Get a grip! Blistering new evidence on why we have fingerprints

Image credit: Wikimedia.

( -- Fingerprints do not help primates grip, as previously thought, scientists have discovered. They actually reduce the friction needed to hold onto flat surfaces. Now Dr Roland Ennos and his team at The University of Manchester are trying to find out: why do we have them?

Dr Ennos, at the University’s Faculty of Life Sciences, said: “I have been thinking about this for years and, having played around with it for a bit, realised that skin is rubbery so the ridges in fingerprints might actually reduce grip.

“Our experiments - using a plastic cup, weights and strips of Perspex (acrylic glass) to develop a simple machine in the lab - proved me right.”

He added: “What is interesting is that not only primates have fingerprints. Koalas, which are marsupials, have fingerprints too, while there are in South America that have them on their tails.

“So what are these prints for? My preferred theory is that they allow the skin to deform and thus stop blistering. That is why we get blisters on the smooth parts of our hands and feet and not the ridged areas: our fingerpads, palms and soles.

“We are now testing that theory and two others, that fingerprints improve grip on rough surfaces and that they increase sensitivity.”

Dr Ennos disproved the long-held assumption that fingerprints help primates to grip with a simple machine, three strips of perspex and the right hand of Masters student Peter Warman. They tested Peter’s grip on each finger and thumb on three different widths of perspex as the machine pulled the perspex strips down via a weight in a plastic cup. They also tested grip at three different angles by bending the fingers and thumb. This wide range of testing conditions allowed them to separate pressing force from the contact area and overcome any confounding variables.

The team, whose results are published and discussed in the Journal of Experimental Biology (June 2009), found friction increased with , against the normal law of physics which states that friction does not change with surface area. This is because skin is rubbery and not a normal solid.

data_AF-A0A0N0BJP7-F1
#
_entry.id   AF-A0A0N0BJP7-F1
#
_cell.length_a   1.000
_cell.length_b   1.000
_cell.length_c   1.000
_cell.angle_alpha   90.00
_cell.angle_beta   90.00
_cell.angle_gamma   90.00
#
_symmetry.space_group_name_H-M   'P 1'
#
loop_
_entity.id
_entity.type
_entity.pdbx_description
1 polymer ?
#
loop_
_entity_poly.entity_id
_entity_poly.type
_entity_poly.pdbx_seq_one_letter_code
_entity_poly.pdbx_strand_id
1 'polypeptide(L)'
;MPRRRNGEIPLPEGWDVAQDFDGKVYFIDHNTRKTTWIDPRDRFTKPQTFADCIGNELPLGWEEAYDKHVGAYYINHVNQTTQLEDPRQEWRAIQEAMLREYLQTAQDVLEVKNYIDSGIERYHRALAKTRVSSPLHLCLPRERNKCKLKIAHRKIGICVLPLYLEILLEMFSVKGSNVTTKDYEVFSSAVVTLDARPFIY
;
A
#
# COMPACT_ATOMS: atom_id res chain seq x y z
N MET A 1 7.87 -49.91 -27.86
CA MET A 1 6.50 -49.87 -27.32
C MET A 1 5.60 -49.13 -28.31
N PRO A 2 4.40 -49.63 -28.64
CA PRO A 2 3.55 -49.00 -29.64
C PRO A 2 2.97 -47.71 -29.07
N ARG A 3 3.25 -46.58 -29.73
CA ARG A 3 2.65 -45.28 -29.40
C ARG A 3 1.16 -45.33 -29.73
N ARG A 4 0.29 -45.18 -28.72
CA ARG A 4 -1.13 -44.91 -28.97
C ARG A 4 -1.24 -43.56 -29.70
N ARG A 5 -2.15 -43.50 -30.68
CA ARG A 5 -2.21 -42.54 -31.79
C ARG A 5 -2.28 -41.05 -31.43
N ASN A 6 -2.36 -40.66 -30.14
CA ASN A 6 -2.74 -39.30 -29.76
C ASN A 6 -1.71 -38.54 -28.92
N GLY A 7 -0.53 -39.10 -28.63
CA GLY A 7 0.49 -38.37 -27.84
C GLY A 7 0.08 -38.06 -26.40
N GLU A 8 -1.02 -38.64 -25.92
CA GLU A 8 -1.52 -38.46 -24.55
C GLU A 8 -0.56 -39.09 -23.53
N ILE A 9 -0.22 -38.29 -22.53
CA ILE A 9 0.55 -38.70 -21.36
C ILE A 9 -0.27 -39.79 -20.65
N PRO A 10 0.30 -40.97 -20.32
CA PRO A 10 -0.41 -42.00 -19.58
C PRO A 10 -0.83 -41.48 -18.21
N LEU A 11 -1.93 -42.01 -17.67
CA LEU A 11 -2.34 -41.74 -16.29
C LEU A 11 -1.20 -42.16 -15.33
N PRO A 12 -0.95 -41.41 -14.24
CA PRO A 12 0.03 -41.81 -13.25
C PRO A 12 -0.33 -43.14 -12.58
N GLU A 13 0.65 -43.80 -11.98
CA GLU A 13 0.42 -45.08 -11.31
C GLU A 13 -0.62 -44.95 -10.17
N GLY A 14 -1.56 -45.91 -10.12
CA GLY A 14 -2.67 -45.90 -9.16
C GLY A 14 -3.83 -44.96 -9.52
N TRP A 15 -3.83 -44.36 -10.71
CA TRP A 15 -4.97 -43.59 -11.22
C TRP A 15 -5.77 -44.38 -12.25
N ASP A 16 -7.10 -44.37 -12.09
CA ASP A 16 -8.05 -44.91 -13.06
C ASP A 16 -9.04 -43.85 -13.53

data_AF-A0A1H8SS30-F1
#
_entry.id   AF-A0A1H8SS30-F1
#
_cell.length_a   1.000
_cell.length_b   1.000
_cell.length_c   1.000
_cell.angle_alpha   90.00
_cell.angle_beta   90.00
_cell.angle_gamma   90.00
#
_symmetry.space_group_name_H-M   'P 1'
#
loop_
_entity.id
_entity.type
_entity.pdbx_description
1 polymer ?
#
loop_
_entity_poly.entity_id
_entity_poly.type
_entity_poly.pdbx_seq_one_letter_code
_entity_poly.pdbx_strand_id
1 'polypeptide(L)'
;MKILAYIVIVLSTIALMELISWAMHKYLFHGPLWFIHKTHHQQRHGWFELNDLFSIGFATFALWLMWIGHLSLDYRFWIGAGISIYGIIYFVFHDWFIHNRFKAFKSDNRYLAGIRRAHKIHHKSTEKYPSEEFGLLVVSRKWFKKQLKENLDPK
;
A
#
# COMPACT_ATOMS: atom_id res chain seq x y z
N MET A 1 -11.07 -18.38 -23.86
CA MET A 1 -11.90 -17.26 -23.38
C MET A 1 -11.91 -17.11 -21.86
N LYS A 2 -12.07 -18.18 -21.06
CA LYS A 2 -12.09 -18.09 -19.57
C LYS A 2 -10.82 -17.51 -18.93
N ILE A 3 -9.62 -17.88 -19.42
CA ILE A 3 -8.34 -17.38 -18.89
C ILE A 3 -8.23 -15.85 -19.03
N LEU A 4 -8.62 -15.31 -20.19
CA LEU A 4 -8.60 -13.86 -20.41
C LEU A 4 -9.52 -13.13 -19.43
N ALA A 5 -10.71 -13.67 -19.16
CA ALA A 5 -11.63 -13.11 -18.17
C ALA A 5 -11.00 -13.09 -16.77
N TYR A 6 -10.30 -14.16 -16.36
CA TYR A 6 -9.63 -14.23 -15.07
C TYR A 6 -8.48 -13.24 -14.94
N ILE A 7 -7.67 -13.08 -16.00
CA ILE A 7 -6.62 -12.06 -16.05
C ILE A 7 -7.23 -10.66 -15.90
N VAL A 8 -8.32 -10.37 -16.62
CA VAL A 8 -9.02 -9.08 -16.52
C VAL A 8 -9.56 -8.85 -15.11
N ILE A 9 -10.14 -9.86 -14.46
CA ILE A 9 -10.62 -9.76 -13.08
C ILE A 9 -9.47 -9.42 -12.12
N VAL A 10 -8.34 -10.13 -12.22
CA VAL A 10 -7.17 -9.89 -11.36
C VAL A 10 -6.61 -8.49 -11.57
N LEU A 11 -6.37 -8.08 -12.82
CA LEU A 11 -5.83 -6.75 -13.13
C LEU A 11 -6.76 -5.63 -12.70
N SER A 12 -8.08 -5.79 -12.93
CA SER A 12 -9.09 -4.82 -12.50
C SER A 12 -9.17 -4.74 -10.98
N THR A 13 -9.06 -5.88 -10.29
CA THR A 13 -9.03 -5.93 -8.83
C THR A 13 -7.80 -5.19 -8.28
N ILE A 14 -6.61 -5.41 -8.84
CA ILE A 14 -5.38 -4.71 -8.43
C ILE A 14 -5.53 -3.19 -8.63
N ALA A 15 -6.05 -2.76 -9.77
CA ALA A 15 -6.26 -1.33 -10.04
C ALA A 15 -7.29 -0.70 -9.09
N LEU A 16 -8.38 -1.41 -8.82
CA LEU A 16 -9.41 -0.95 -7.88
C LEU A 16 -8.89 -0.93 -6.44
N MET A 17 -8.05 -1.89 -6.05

The team also measured the contact area by covering the fingers and thumb with ink and taking prints at different forces, aligning them with the results. This showed that fingerprints reduced contact area by one third compared with flat skin, which would have reduced friction.

The results showed that fingertips behaved more like rubbers than hard solids; their coefficients of friction fell at higher normal forces and friction was higher when fingers were held flatter against wider sheets and hence when contact area was greater. The shear stress was greater at higher pressures, suggesting the presence of a biofilm between the skin and the surface. Fingerprints reduced contact area by a factor of one third compared with flat skin, however, which would have reduced the friction. This casts severe doubt on their supposed frictional function.

Dr Ennos said: “The experiment was so simple, this discovery could have been made 100 years ago; but scientists make assumptions and tend to look at complicated things instead.

“I like to think differently, I am interested in the ‘why’ questions and look at things that affect people in their daily life. Everyone thinks science is all about the impossible but it’s not - it helps us understand the world around us.”

He added: “There are potential spin-offs for this work. For example some people who suffer nerve damage that prevents sweating have slippery fingers and cannot grip: we could develop something to treat that.”

He and the team will now test how fingerprints affect grip on rough surfaces and on wet surfaces, to see if their function is to channel water away via their grooves. They will also test if and how fingerprints prevent blisters.